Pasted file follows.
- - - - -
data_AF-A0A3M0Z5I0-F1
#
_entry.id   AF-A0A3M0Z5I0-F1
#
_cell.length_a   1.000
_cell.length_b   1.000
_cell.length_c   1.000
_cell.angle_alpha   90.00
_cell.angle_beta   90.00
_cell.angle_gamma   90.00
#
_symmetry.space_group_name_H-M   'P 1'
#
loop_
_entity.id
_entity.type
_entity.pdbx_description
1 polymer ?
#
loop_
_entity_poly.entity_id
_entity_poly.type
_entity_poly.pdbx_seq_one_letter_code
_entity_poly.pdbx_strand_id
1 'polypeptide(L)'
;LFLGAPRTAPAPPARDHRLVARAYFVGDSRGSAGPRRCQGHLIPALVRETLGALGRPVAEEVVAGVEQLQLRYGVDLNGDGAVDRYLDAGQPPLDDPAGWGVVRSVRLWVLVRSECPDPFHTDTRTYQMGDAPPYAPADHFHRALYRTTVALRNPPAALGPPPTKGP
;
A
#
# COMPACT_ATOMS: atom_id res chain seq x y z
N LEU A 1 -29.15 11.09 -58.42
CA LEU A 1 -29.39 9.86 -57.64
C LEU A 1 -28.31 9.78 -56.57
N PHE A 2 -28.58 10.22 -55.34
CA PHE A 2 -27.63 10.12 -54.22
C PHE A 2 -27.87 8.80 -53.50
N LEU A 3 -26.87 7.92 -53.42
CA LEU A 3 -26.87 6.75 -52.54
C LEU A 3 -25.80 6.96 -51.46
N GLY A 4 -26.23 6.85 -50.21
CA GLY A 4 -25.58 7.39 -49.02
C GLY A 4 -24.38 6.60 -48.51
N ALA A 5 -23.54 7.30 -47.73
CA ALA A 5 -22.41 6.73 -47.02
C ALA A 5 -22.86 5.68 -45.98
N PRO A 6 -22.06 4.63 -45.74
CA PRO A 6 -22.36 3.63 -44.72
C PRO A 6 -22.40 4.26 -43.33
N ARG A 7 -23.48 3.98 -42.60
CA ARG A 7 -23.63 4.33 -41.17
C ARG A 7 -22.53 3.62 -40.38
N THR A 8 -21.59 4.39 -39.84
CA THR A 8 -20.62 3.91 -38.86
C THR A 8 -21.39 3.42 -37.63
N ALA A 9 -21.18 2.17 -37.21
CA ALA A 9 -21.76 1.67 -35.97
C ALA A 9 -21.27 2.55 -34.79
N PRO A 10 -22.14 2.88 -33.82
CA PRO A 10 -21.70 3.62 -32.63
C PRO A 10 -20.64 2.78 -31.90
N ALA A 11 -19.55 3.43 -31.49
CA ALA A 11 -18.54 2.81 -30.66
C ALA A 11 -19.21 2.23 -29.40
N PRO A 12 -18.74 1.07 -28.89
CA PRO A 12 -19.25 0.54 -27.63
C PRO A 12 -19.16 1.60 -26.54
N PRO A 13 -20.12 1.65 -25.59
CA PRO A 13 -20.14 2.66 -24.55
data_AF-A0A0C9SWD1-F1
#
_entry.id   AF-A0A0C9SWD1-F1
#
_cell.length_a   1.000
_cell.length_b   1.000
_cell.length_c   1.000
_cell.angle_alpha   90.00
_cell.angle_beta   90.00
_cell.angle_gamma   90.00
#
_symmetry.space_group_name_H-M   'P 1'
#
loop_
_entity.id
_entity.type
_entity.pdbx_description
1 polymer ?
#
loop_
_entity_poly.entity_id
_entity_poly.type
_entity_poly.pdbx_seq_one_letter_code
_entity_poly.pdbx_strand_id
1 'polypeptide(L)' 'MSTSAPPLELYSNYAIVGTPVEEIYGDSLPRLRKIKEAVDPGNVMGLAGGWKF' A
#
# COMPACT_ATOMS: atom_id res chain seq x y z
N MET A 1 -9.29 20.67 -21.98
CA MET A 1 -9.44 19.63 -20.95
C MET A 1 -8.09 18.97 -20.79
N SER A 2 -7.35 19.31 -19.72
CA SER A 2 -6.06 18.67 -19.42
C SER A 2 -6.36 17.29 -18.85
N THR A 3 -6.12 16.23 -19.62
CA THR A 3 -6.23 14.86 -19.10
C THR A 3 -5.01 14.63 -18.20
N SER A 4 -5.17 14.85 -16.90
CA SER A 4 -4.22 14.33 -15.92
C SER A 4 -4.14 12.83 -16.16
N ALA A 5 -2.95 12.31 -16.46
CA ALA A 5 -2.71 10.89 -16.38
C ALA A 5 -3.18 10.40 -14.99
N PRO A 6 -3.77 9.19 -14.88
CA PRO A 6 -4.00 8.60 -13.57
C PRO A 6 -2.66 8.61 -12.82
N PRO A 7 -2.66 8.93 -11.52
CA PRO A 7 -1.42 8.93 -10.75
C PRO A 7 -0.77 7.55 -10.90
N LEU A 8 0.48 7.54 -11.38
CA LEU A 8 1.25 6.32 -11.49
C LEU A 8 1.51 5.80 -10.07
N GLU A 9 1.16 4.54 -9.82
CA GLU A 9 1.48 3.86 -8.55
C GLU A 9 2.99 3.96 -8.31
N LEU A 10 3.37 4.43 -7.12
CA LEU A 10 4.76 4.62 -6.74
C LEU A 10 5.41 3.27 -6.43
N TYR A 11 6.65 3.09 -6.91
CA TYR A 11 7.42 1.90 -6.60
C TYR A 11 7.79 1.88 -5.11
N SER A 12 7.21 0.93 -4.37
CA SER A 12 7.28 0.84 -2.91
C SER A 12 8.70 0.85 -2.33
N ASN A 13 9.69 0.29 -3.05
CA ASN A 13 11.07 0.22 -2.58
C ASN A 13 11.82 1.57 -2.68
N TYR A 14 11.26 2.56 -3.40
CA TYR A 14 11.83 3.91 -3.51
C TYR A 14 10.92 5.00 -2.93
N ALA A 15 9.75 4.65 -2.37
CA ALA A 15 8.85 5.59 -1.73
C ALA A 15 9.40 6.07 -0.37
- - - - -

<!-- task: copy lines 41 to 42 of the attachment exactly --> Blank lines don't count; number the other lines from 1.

CA GLY A 4 -25.58 7.39 -49.02
C GLY A 4 -24.38 6.60 -48.51